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Life-Study of Psalmsby Witness Lee

ISBN: 0-7363-0838-5
Printed Copy: Available Online from Living Stream Ministry

Currently in: Chapter 43 of 45 Section 1 of 9

LIFE-STUDY OF THE PSALMS

MESSAGE FORTY-THREE

THE EXPRESSIONS OF THE SAINTS BEFORE JEHOVAH
IN DIFFERENT DIRECTIONS

Scripture Reading: Psa. 135—139

In this message we will consider Psalms 135 through 139. Before we come to these psalms, I would first like to say a word concerning the arrangement of the one hundred fifty psalms.

The first one hundred nineteen psalms talk about the law. Psalm 1 is on the law, and Psalm 119 also is on the law. Regarding the law, Psalm 1 is an excellent beginning, and Psalm 119 is an excellent ending. In speaking about the law, Psalm 119 uses seven synonyms of the word law: testimony or testimonies, word, statutes, ordinances, precepts, judgments, and commandments. These seven synonyms issue in the way.

In particular, Psalm 119 is on the law as the testimony of God. According to the Bible this testimony is the testimony of what God is. The law is a type, a symbol, of Christ as the testimony of God. In order to understand this, we need to consider another type of Christ—the ark of the testimony (Exo. 25:10-11, 16, 21-22). The ark of the testimony was put into the Holy of Holies of the tabernacle, which is called the tabernacle of the testimony (Exo. 38:21). The Bible does not say that the law was put into the ark; rather, the Bible tells us that the testimony was put into the ark (Exo. 40:20). The law contained, or concealed, in the ark is called the testimony.

Psalm 119 is followed by fifteen psalms called Songs of Ascents (Psa. 120—134). The remaining sixteen psalms may be clustered into three groups—Psalms 135 through 139, Psalms 140 through 145, and Psalms 146 through 150. Psalm 135 and Psalms 146 through 150 are "hallelujah" psalms, for each of these psalms begins and ends with "Hallelujah." However, as we will see, the nature of the content of Psalm 135 is different from that of Psalms 146 through 150. These six psalms are all hallelujah psalms, but their contents are different.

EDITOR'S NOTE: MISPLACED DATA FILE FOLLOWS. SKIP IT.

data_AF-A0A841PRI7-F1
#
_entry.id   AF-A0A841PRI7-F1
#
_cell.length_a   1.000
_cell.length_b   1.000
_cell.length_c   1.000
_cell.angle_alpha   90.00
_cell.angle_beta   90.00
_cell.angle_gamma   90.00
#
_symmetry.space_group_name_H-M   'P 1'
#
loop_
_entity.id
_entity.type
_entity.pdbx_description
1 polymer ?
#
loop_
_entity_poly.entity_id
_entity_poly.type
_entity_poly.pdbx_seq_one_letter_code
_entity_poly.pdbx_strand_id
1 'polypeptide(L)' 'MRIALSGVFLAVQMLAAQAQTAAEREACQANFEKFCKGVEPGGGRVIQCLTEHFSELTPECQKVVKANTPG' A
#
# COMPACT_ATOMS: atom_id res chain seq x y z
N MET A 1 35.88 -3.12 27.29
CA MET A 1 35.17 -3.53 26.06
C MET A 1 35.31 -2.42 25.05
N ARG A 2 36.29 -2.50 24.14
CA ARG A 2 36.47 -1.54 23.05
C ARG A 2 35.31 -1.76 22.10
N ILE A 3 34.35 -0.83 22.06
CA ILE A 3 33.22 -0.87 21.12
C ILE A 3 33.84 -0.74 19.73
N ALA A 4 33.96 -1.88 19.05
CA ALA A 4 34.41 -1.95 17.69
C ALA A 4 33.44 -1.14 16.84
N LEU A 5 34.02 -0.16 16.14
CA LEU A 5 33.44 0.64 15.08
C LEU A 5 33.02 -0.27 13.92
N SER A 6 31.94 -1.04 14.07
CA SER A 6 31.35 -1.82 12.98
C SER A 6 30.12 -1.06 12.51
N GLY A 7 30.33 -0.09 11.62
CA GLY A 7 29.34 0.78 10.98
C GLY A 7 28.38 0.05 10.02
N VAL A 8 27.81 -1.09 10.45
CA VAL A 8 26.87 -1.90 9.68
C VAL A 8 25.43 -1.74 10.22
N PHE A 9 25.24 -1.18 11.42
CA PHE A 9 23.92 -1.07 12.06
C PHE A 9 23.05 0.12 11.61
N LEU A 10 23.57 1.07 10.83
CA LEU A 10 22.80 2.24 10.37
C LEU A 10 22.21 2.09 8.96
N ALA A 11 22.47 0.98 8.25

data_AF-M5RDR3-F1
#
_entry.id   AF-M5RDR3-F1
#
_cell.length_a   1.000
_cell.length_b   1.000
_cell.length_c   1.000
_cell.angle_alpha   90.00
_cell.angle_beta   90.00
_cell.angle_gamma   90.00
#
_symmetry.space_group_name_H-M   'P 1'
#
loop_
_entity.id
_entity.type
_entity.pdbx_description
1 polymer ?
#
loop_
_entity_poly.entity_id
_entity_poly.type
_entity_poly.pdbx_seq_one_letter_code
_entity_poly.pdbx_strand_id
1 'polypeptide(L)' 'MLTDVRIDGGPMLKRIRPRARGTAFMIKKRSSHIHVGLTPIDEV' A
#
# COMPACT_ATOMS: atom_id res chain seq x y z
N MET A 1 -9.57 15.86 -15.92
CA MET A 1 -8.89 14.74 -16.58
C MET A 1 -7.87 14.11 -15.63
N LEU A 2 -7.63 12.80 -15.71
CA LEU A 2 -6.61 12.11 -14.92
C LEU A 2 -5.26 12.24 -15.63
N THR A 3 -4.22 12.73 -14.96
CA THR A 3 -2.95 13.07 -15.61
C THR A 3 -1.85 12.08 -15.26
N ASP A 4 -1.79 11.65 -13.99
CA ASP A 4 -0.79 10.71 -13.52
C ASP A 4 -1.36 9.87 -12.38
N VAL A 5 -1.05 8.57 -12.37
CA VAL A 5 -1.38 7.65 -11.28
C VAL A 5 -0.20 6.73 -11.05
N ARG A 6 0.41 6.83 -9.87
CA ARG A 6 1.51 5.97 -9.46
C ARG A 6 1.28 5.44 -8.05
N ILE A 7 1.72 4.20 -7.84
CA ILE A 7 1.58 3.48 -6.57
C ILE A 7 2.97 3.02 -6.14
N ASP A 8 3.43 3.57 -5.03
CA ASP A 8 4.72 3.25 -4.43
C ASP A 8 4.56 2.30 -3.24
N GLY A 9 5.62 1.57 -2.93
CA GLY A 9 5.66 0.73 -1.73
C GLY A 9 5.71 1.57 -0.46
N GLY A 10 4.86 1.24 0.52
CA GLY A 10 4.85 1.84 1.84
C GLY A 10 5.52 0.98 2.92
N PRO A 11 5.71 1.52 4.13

In this message we will cover Psalms 135 through 139. Each of these psalms has a striking point or significance. The striking point of Psalm 135 is the praise of Jehovah for His virtues. The striking point of Psalm 136 is Jehovah's everlasting lovingkindness. The second part of every verse in this psalm says, "For His lovingkindness is forever." The striking point of Psalm 137 is the remembrance of Zion and the non-forgetting of Jerusalem. The psalmist said that the captives wept by the rivers of Babylon when they remembered Zion (v. 1). The psalmist went on to say that he could not forget Jerusalem (v. 5). The striking point in Psalm 138 is the thanking of Jehovah in the worship of His holy temple. Psalm 139 speaks of God's omniscience and omnipresence. However, the striking point of this psalm is neither God's omniscience nor His omnipresence but the psalmist's asking Jehovah for His searching and trying. Here the psalmist seemed to be saying, "O Jehovah, search me and try me to see what is within me. Only You can search me in this way because only You are omniscient and omnipresent. Only You are qualified to search me and try me."


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